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Celtic Tattoo Designs
The Celts were a tribal people who moved across Western Europe sometime around 1200 and 700 B.C. They reached the British Isles around 400 B.C. and most of what has survived from that culture is in the areas now known as Ireland, Wales and Scotland. Celtic culture was full of body art. Men and women both wore long hair and lots of jewelry. Women stained their fingernails, and used berries and herbs for rouge and hair dye. Body painting was done with woad, which left a blue design on the skin.
Elements of art from neolithic tribes that predate the Celts have become blended into what was the actual Celtic art form. So has the knotwork illustrations that arrived with the Saxon Christian monks in Britain in the 6th century A.D. This art style was used by the Saxons, the interlocking animal shapes descended from their Viking roots. All these influences can be seen today in what is called Celtic tattooing. Designs work equally well in black and white or full color.
I once asked a tattooist about his least favorite subject matter. He paused a moment then said, “It’s when some guy walks in the door with the Book of Kells!” The complex interlocking illustrations in the ancient manuscript are beautiful, but the fine details and twisting lines can be some tattooist’s idea of a nightmare. This is one of those cases where bigger is often better. Remember that a pencil can draw a finer line and more detail than can be exactly rendered with a tattoo machine. Tattoos blur slightly with age, and the smaller the artwork, the more details will be lost to the changes that occur naturally as the skin ages. Put another way, don’t try and get a really tiny Celtic tattoo.
Knotwork is probably the most recognized form of Celtic art, with lines forming complex braids which then weave across themselves. These symbolize the connection of all life. Step or key patterns, like those found in early labyrinth designs, are seen both in simple borders and full complex mazes. Much as labyrinths are walked, these designs are symbolic of the various paths that life’s journey can take.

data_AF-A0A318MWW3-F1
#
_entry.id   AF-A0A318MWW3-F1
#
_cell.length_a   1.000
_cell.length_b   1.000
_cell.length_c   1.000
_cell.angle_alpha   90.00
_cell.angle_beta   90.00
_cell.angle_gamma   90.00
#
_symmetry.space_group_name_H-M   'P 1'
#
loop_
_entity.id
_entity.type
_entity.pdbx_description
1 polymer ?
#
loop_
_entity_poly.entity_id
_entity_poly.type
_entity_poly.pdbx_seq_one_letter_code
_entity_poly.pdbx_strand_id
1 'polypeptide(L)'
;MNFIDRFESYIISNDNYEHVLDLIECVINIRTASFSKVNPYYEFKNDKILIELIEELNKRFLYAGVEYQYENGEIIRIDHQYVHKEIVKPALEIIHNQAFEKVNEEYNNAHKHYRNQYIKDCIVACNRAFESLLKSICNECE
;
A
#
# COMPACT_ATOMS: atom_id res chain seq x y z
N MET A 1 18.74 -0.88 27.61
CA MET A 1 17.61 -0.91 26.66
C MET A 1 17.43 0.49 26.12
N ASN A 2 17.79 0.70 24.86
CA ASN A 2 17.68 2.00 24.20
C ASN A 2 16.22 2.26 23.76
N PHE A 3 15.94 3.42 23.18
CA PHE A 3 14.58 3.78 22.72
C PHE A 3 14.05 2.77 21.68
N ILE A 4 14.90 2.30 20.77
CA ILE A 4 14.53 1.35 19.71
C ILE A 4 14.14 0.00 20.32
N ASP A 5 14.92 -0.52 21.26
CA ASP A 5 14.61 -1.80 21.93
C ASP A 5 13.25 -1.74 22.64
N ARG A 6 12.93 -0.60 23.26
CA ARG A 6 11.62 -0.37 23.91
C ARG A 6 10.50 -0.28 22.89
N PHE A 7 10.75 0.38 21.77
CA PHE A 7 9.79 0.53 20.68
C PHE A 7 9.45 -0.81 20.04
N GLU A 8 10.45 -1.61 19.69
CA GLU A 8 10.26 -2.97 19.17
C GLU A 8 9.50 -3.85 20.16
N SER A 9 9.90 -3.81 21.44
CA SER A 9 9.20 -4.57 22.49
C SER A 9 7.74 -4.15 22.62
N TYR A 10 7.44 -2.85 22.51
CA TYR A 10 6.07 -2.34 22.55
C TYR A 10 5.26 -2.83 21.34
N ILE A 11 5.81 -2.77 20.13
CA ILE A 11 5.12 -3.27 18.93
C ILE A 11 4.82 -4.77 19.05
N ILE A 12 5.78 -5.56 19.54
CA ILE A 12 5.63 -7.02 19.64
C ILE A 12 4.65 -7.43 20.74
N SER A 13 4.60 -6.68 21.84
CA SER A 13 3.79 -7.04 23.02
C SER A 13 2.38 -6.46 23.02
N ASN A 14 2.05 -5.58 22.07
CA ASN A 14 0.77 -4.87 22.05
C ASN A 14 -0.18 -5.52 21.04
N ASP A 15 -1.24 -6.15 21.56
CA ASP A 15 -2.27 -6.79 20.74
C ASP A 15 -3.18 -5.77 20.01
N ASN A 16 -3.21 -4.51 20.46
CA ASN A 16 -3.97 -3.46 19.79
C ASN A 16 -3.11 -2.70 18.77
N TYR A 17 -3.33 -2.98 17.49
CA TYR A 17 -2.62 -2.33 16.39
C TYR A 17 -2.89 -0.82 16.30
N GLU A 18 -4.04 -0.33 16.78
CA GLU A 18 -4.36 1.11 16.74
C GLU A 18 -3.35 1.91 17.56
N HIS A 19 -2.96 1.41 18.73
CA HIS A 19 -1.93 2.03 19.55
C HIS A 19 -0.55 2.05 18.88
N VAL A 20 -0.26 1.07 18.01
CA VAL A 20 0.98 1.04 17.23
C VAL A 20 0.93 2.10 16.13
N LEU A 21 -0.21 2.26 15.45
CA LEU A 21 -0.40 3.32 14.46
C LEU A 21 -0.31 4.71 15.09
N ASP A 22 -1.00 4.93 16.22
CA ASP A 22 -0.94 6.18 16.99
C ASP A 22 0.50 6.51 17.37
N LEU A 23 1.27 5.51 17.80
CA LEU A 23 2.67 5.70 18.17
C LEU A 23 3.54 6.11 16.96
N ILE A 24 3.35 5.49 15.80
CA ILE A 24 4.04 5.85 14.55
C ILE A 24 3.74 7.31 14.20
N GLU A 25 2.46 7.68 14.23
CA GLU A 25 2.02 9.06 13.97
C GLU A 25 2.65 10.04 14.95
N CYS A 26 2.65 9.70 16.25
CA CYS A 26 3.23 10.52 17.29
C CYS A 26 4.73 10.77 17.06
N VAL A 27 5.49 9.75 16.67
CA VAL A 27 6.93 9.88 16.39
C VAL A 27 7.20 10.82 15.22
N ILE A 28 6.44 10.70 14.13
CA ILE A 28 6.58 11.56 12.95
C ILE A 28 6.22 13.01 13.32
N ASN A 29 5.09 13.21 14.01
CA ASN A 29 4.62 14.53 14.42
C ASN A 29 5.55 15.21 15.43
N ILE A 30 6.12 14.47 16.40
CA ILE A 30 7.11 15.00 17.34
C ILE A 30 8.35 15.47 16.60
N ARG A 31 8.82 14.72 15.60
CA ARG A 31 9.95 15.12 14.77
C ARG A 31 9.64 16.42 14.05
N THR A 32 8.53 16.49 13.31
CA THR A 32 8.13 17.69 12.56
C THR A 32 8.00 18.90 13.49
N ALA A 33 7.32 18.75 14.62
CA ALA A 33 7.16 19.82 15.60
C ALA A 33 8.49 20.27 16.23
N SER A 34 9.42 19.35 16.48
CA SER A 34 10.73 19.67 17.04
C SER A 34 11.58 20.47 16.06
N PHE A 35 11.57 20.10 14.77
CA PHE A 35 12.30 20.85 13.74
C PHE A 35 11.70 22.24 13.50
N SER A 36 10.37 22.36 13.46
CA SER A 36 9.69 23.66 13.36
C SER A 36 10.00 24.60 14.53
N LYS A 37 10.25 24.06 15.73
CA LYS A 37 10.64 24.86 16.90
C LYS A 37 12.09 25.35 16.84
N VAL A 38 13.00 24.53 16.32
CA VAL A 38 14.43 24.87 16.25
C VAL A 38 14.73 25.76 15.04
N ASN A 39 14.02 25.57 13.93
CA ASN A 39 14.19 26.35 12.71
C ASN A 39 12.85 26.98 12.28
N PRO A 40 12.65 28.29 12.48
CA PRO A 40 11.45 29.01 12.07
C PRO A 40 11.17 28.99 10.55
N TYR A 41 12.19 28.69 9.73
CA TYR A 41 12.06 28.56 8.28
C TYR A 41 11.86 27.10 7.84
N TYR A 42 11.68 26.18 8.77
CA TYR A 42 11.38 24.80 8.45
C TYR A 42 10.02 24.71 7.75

Spirals are very common in Celtic art, and they can be single, doubled or tripled. This design is thought of an representing spirit or balance. The triskelion, a three-legged pattern, is a common design and has interpretations both as the ancient Triple Goddess and the Holy Trinity.
Zoomorphic figures refer to the interlocking animal designs. The Celts were influenced heavily in their art by nature and you find birds, horses, dogs and more with ears and limbs interweaving. The various animals stood for qualities much like they do in the use of totem animals. La Tene art of the Celts has lots of spirals and leaf-shaped designs intercrossing to sometimes form animal shapes overall.
To help you decide on a Celtic tattoo design, you might like
Celtic Tattoos by Andy Sloss
or you might like Spiritual Tattoo by John A. Rush.
Content copyright © 2013 by Rae Schwarz. All rights reserved.
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